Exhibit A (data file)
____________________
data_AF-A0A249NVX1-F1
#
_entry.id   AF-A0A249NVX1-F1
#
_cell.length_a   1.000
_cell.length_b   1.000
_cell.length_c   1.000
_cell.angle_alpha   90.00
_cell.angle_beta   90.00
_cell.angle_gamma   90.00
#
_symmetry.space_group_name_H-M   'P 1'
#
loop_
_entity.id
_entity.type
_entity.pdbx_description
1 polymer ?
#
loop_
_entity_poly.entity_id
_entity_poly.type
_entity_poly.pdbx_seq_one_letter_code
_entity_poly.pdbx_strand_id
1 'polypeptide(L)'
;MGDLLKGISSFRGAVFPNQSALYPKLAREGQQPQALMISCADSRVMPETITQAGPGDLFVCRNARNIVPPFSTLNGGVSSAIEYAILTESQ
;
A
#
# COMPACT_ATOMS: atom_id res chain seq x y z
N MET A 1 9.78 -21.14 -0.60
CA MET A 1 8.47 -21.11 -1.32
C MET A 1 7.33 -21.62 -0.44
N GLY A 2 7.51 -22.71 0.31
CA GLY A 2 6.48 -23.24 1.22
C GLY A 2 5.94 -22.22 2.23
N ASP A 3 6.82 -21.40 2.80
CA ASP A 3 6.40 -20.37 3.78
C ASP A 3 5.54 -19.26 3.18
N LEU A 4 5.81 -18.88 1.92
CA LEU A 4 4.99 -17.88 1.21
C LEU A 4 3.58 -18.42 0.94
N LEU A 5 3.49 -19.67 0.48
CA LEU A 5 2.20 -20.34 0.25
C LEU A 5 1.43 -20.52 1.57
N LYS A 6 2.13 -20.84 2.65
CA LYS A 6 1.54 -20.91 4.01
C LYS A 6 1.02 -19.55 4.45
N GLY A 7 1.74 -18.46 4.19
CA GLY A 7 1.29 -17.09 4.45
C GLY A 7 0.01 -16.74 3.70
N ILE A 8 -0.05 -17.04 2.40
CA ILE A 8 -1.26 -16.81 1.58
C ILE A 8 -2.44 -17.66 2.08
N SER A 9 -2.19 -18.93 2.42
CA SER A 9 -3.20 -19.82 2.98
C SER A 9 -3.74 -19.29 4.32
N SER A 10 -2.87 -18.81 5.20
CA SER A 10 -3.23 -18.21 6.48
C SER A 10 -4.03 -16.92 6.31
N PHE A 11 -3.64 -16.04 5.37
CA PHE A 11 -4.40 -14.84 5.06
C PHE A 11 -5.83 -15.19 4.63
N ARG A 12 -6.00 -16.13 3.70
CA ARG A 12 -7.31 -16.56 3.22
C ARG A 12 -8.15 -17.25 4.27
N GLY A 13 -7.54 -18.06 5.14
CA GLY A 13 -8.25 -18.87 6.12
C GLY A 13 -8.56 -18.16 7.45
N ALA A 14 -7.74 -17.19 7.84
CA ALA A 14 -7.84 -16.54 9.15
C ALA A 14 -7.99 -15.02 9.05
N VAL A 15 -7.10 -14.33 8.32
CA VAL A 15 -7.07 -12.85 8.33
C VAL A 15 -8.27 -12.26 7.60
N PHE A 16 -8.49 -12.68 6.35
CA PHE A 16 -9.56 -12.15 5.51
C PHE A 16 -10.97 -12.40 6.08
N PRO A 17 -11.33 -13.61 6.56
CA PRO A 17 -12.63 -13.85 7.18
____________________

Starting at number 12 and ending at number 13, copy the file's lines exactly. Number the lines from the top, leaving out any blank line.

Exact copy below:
_symmetry.space_group_name_H-M   'P 1'
#